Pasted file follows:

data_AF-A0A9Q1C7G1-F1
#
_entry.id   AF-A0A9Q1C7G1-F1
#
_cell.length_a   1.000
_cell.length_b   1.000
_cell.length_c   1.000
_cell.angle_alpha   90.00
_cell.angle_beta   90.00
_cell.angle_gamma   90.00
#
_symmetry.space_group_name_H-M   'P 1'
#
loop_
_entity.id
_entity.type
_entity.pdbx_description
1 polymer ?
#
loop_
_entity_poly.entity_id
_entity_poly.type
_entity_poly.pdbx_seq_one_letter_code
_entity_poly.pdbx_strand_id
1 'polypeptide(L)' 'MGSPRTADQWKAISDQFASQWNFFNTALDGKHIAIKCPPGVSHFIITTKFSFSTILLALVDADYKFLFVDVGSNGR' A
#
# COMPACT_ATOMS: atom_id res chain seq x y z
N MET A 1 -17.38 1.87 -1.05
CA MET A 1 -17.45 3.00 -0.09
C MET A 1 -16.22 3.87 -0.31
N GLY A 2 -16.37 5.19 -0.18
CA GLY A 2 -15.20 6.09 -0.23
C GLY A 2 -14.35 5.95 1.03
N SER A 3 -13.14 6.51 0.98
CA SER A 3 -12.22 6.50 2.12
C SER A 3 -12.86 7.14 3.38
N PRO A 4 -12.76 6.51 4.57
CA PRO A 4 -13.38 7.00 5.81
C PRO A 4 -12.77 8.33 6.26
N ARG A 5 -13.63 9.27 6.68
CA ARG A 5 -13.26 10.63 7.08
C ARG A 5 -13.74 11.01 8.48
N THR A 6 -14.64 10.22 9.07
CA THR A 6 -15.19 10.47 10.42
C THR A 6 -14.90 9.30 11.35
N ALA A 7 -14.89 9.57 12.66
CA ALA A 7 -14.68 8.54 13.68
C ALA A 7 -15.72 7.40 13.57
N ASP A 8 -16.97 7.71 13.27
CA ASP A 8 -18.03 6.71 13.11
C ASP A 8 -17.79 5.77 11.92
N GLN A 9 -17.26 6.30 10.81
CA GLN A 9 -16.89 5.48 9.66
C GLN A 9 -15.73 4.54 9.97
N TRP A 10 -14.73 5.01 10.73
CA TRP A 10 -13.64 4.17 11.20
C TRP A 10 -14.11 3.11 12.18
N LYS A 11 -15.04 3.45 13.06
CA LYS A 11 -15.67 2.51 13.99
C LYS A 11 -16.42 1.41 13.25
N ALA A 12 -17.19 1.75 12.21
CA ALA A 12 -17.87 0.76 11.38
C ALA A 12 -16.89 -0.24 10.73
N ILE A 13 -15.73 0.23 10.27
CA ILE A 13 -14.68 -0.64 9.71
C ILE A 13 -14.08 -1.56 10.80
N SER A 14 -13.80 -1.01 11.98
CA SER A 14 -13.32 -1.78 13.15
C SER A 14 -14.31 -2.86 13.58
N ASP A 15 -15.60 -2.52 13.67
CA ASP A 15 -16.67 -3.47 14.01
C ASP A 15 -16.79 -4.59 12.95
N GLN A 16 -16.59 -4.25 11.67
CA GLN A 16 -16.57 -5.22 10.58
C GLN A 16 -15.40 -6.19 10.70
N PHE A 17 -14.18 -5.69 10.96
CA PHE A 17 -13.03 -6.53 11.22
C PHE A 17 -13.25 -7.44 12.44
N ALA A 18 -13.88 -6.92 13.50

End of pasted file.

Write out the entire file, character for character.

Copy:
data_AF-A0A9Q1C7G1-F1
#
_entry.id   AF-A0A9Q1C7G1-F1
#
_cell.length_a   1.000
_cell.length_b   1.000
_cell.length_c   1.000
_cell.angle_alpha   90.00
_cell.angle_beta   90.00
_cell.angle_gamma   90.00
#
_symmetry.space_group_name_H-M   'P 1'
#
loop_
_entity.id
_entity.type
_entity.pdbx_description
1 polymer ?
#
loop_
_entity_poly.entity_id
_entity_poly.type
_entity_poly.pdbx_seq_one_letter_code
_entity_poly.pdbx_strand_id
1 'polypeptide(L)' 'MGSPRTADQWKAISDQFASQWNFFNTALDGKHIAIKCPPGVSHFIITTKFSFSTILLALVDADYKFLFVDVGSNGR' A
#
# COMPACT_ATOMS: atom_id res chain seq x y z
N MET A 1 -17.38 1.87 -1.05
CA MET A 1 -17.45 3.00 -0.09
C MET A 1 -16.22 3.87 -0.31
N GLY A 2 -16.37 5.19 -0.18
CA GLY A 2 -15.20 6.09 -0.23
C GLY A 2 -14.35 5.95 1.03
N SER A 3 -13.14 6.51 0.98
CA SER A 3 -12.22 6.50 2.12
C SER A 3 -12.86 7.14 3.38
N PRO A 4 -12.76 6.51 4.57
CA PRO A 4 -13.38 7.00 5.81
C PRO A 4 -12.77 8.33 6.26
N ARG A 5 -13.63 9.27 6.68
CA ARG A 5 -13.26 10.63 7.08
C ARG A 5 -13.74 11.01 8.48
N THR A 6 -14.64 10.22 9.07
CA THR A 6 -15.19 10.47 10.42
C THR A 6 -14.90 9.30 11.35
N ALA A 7 -14.89 9.57 12.66
CA ALA A 7 -14.68 8.54 13.68
C ALA A 7 -15.72 7.40 13.57
N ASP A 8 -16.97 7.71 13.27
CA ASP A 8 -18.03 6.71 13.11
C ASP A 8 -17.79 5.77 11.92
N GLN A 9 -17.26 6.30 10.81
CA GLN A 9 -16.89 5.48 9.66
C GLN A 9 -15.73 4.54 9.97
N TRP A 10 -14.73 5.01 10.73
CA TRP A 10 -13.64 4.17 11.20
C TRP A 10 -14.11 3.11 12.18
N LYS A 11 -15.04 3.45 13.06
CA LYS A 11 -15.67 2.51 13.99
C LYS A 11 -16.42 1.41 13.25
N ALA A 12 -17.19 1.75 12.21
CA ALA A 12 -17.87 0.76 11.38
C ALA A 12 -16.89 -0.24 10.73
N ILE A 13 -15.73 0.23 10.27
CA ILE A 13 -14.68 -0.64 9.71
C ILE A 13 -14.08 -1.56 10.80
N SER A 14 -13.80 -1.01 11.98
CA SER A 14 -13.32 -1.78 13.15
C SER A 14 -14.31 -2.86 13.58
N ASP A 15 -15.60 -2.52 13.67
CA ASP A 15 -16.67 -3.47 14.01
C ASP A 15 -16.79 -4.59 12.95
N GLN A 16 -16.59 -4.25 11.67
CA GLN A 16 -16.57 -5.22 10.58
C GLN A 16 -15.40 -6.19 10.70
N PHE A 17 -14.18 -5.69 10.96
CA PHE A 17 -13.03 -6.53 11.22
C PHE A 17 -13.25 -7.44 12.44
N ALA A 18 -13.88 -6.92 13.50